In the OT Israel was God's son (cf. Hosea 11:1), but also the King was God's son (cf. 2 Sam. 7). This concept was first mentioned in the NT in Matt. 5:9 (also cf. John 1:12; 2 Cor. 6:18; Gal. 3:26; 1 John 3:1,10; Rev. 21:7).

   III. A Comparison of Suffering

 8:20 in hope. Ro 8:21 because the creation itself also will be delivered from the bondage of corruption into the glorious liberty of the children of God.

 What a thrilling salvation we have: free from the penalty of sin because Christ died for us (chap. 5); free from the power of sin because we died with Christ to the flesh (chap. 6) and to the Law (chap. 7); and someday we shall be free from the very presence of sin when nature is delivered from bondage.[1]

               It's God who cursed the creation, but he did it in hope." Paul says, and the hope is the deliverance, and the he explains what that means in the 21st verse. "Because the creation itself also shall be delivered from the bondage of corruption, into the glorious liberty of the children of God." This creation about us is subjected to the bondage of decay because it is closely united with the history and destiny of man, and so when man fell, his creation is cursed. When man finally enters into the blessing of the Kingdom of God upon the earth, the whole creation shall enter into that blessing too, shall be renewed. We speak of this as the golden age

               Ro 8:22 For we know that the whole creation groans and labors with birth pangs together until now.

8:22–23. In one sense verse 22 is an appropriate conclusion to the preceding paragraph, summing up the present cursed state of the physical creation. Paul said, We know (oidamen, continuing state of knowledge that grows out of perception) that the whole Creation has been groaning as in the pains of childbirth (lit., “keeps on groaning together and keeps on travailing together”) right up to the present time. The emphasis on “together” in these verbs does not include believers in Christ, who are specifically mentioned in verse 23, but involves the various parts of the natural Creation. At the same time verse 22 introduces this new paragraph, which sets forth the hope of future deliverance from suffering under the curse of sin.[1]

               Since God’s program of salvation for people is one of a new Creation (2 Cor. 5:17; Gal. 6:15), the physical world also will be re-created (Rev. 21:5). This will take place in two stages. First will be the renovation of the present cosmos in conjunction with the return to earth of the Lord Jesus and the establishment of the messianic kingdom on earth (Isa. 11:5–9; 35:1–2, 5–7; 65:20, 25; Amos 9:13). The second stage will be creation of “a new heaven and a new earth” (Rev. 21:1; cf. 2 Peter 3:7–13).[1]

     IV. The Answer to Suffering  V23-25

Ro 8:23 Not only that, but we also who have the first fruits of the Spirit, even we ourselves groan within ourselves, eagerly waiting for the adoption, the redemption of our body.

We have the Spirit of adoption, but we are “waiting for the adoption, that is, the redemption of the body” (v. 23). The soul has been redeemed, but not the body. We wait in hope, however, because the indwelling Spirit is given as “the first fruits” of the deliverance God has for us in the future. Even if we die, the Spirit who has sealed us unto the day of redemption (Eph. 1:13–14) will raise our body to life (v. 11).[1]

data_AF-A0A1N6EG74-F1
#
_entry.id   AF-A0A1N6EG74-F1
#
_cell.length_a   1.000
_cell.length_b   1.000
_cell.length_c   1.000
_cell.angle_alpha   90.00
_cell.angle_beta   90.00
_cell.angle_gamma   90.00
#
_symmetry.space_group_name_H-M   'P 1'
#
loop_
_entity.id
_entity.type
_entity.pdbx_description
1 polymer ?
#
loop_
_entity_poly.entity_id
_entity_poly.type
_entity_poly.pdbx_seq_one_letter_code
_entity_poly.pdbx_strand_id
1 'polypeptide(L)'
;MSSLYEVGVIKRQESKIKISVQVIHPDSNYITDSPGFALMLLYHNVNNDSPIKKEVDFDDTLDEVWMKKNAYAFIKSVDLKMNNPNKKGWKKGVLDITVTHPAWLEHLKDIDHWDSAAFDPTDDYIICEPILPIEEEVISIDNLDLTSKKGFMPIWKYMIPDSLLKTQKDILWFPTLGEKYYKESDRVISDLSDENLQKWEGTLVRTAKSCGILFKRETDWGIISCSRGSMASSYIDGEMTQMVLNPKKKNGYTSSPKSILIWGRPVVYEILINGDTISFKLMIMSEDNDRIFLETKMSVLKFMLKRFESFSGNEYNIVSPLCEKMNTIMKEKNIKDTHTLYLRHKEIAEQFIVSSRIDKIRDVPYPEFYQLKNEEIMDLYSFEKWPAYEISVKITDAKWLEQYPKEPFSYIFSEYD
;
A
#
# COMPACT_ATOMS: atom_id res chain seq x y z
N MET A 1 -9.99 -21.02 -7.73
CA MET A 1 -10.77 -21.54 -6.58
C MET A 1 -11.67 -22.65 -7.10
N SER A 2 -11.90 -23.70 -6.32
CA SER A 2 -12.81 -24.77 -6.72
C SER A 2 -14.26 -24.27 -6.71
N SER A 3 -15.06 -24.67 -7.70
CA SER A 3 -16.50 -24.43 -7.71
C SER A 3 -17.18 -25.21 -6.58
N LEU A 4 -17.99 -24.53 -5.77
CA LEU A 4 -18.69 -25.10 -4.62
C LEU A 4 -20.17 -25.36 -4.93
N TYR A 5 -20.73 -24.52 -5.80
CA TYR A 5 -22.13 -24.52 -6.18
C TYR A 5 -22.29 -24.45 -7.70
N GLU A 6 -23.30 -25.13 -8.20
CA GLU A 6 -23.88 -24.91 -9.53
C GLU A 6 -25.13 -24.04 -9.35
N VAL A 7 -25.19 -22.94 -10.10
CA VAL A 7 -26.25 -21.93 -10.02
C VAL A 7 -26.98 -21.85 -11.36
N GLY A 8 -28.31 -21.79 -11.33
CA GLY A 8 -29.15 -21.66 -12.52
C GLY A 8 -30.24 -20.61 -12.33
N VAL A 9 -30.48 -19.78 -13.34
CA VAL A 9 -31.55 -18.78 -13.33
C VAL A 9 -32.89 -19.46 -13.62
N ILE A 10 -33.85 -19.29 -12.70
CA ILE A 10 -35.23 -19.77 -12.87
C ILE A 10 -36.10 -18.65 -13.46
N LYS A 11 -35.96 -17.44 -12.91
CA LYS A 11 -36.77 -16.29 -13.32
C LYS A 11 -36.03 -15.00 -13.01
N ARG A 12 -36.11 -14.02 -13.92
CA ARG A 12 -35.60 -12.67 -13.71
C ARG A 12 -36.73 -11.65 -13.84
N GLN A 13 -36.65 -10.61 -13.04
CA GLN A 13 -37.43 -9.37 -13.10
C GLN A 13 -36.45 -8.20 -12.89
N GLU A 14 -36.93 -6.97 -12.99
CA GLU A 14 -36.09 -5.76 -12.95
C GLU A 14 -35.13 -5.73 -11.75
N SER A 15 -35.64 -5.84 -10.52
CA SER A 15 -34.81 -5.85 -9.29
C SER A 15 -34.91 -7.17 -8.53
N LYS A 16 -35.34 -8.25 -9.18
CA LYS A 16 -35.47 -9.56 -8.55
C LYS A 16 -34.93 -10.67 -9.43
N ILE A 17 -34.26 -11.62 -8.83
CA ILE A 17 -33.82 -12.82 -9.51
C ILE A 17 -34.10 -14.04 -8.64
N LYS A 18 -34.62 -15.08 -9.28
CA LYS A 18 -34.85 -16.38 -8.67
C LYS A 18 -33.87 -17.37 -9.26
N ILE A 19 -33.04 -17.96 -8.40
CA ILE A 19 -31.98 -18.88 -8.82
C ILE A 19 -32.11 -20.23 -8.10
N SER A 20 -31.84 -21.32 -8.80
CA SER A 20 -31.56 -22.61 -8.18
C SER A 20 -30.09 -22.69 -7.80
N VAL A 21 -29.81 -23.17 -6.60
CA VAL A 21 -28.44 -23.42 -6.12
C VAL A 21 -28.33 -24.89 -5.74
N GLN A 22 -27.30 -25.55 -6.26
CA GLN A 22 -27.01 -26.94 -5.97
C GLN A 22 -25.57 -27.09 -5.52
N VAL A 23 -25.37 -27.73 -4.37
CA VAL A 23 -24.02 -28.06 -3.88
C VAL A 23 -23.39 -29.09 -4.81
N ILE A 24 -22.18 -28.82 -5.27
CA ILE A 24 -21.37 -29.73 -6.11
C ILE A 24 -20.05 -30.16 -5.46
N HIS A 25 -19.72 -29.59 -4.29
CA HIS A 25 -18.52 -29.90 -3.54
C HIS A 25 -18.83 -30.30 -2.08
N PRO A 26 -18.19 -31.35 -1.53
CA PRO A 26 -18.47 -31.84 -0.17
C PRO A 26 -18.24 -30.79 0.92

Isa 11:6-9 Isa

Isa 65:25

               Now, the Lord Jesus is called in his resurrection the first fruits of the resurrection. That means that there are others that are going to be resurrected. You remember he says, "First Jesus Christ, then they who are Christ's at his coming." That is you and I.

               A farmer’s “first fruits” were the initial harvesting of his first-ripened crops. This first installment was a foretaste and promise that more harvest was to come. Similarly God the Holy Spirit, indwelling believers, is a foretaste that they will enjoy many more blessings, including living in God’s presence forever.[1]

               You can never be satisfied with earth if you are a Christian reading the word of God.

But that is a problem, as we saw when we studied that verse. Sufferings? We would think that it would be the absence of sufferings, not their presence, that would prove we belong to Christ. If God loves us, shouldn’t he keep us from suffering? Or isn’t he able to? When things get hard it is natural that we begin to doubt God’s favor rather than being assured of it.

That, of course, is why Paul has digressed to talk about suffering and why he is talking about our groanings now. It is why he has explained the involvement of creation in our present distress. What he is saying is that the sufferings we and “the whole creation” endure are the sufferings of childbirth and are therefore proof that the new age is coming. And it is why, although we do groan, we do not groan hopelessly. On the contrary, our groanings intensify our hope and enable us to wait patiently for the consummation.

 Paul says, not only does the creation groan, but the children groan too.

we need to see two things about this human groaning if we are to understand the verses to which we now come.